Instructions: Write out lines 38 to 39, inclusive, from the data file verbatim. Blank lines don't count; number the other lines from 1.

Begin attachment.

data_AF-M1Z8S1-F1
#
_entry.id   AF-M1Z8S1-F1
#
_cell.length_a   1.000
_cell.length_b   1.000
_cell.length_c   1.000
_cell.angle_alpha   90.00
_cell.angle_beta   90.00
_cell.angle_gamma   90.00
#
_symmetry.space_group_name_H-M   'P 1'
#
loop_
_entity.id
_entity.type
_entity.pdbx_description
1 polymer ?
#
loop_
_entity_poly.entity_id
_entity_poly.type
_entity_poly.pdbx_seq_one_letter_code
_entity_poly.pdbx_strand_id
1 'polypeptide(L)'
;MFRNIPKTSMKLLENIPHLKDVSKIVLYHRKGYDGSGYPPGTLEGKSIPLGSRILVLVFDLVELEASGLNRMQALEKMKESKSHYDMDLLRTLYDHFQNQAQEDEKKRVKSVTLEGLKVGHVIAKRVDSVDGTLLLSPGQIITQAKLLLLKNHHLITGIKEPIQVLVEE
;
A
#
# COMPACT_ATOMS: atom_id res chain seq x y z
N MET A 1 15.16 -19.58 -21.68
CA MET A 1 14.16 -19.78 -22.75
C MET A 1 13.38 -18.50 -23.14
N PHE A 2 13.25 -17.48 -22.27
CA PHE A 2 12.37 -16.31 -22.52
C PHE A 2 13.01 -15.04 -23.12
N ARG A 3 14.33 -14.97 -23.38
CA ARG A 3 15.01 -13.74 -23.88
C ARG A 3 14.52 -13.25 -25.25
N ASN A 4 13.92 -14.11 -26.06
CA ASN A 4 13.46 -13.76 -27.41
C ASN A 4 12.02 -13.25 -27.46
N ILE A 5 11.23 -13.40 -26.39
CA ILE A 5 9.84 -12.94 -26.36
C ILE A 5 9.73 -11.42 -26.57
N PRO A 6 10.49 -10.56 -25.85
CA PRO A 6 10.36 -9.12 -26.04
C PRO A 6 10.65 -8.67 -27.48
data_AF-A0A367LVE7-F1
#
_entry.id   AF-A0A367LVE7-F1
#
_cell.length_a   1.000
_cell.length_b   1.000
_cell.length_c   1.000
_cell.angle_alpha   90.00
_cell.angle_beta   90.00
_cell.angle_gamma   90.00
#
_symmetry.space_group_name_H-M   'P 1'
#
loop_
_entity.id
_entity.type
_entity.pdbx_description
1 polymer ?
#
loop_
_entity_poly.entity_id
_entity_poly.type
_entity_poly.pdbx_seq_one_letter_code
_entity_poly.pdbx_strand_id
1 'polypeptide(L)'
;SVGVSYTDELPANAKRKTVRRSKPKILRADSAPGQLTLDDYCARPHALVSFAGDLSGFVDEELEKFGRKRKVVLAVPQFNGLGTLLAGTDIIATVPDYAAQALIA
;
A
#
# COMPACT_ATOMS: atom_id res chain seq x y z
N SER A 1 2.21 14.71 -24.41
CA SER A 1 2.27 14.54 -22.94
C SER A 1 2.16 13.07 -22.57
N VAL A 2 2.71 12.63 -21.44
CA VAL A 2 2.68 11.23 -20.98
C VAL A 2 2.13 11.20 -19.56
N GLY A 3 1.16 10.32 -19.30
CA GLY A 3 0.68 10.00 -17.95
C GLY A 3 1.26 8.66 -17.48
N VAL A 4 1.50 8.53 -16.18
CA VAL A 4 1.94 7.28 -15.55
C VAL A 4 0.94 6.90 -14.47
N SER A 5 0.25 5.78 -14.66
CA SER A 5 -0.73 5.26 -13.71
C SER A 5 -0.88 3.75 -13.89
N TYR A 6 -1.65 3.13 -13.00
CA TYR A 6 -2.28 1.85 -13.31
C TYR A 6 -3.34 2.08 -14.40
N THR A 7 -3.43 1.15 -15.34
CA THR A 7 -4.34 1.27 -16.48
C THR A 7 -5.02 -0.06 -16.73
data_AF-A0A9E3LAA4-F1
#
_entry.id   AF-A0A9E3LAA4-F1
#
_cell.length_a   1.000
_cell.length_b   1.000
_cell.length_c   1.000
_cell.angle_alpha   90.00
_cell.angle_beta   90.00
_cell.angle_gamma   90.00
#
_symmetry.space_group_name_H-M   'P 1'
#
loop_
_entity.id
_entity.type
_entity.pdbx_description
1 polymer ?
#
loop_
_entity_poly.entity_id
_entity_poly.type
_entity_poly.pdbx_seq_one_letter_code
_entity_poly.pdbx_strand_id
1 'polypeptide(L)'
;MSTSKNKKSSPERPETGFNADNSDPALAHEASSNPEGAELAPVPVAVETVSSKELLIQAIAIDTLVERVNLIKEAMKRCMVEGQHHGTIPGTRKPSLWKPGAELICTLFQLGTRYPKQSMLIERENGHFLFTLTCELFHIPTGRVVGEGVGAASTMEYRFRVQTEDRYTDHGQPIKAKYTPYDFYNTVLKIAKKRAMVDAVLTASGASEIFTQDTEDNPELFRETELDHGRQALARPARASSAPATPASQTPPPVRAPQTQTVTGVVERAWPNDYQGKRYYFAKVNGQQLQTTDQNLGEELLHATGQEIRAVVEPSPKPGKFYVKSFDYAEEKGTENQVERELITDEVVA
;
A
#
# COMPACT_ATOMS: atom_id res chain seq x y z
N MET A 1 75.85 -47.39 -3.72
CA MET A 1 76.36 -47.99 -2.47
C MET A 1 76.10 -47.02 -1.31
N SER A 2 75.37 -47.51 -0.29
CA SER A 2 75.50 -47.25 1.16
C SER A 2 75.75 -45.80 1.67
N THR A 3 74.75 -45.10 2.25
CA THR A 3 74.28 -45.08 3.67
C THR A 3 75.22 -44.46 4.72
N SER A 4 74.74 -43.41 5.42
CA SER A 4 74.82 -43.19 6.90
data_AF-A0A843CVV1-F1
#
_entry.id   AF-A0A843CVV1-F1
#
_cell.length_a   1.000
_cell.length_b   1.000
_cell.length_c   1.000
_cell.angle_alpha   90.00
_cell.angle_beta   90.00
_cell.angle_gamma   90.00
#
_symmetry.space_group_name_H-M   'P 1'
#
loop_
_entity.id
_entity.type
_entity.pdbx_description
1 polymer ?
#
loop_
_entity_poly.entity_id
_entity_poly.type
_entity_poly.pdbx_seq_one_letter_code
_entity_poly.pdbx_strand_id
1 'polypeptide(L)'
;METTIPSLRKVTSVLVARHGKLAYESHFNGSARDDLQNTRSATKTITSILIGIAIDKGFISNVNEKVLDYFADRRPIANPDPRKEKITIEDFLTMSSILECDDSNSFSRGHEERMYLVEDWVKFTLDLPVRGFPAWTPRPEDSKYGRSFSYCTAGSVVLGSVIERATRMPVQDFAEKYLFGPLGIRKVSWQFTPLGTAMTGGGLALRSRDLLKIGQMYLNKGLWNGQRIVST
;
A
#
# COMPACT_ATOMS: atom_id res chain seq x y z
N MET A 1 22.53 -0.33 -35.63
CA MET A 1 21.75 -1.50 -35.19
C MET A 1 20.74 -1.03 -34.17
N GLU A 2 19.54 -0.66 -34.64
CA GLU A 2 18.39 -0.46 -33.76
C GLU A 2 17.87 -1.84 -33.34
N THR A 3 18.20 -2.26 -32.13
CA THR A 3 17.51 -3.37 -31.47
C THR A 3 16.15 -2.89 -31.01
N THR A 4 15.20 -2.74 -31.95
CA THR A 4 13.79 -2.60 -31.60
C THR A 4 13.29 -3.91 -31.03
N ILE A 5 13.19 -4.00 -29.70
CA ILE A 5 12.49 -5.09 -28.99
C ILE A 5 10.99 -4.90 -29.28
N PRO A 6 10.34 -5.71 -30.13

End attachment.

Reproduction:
CA ARG A 3 15.01 -13.74 -23.88
C ARG A 3 14.52 -13.25 -25.25